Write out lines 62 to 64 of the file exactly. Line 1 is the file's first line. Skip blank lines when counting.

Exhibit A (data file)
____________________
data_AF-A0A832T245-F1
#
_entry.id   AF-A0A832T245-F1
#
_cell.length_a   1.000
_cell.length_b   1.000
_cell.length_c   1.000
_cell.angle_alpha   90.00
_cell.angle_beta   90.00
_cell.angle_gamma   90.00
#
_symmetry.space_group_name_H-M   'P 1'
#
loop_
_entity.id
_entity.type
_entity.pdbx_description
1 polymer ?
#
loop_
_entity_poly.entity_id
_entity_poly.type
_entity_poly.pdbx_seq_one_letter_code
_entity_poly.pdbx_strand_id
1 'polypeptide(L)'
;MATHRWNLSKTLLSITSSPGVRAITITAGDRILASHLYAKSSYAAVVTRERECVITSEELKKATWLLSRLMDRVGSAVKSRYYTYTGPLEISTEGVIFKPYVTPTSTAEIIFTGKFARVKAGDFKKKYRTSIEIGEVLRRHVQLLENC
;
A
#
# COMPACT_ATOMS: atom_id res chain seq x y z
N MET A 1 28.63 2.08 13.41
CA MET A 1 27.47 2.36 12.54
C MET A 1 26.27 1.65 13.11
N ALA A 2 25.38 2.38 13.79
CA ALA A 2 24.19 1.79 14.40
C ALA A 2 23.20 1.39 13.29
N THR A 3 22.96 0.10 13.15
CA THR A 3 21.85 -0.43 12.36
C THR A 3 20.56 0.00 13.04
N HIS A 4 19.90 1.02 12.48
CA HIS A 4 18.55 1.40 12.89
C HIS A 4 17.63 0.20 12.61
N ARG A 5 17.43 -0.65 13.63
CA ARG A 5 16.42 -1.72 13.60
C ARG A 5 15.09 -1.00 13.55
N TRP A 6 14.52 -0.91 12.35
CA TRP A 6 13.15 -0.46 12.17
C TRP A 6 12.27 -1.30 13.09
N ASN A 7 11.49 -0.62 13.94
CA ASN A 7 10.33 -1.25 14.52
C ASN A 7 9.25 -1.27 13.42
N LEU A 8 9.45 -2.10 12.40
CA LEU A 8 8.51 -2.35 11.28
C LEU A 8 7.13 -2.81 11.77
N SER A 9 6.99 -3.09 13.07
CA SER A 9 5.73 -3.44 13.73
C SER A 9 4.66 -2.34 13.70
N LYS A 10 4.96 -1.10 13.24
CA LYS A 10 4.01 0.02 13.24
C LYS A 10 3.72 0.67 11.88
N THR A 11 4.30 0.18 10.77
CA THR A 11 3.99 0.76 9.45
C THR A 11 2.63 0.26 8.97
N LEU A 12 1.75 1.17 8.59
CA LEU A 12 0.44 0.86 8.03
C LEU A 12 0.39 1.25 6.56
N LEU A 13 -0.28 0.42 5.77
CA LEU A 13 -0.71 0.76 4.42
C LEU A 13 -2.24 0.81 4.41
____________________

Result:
CA THR A 11 3.99 0.76 9.45
C THR A 11 2.63 0.26 8.97
N LEU A 12 1.75 1.17 8.59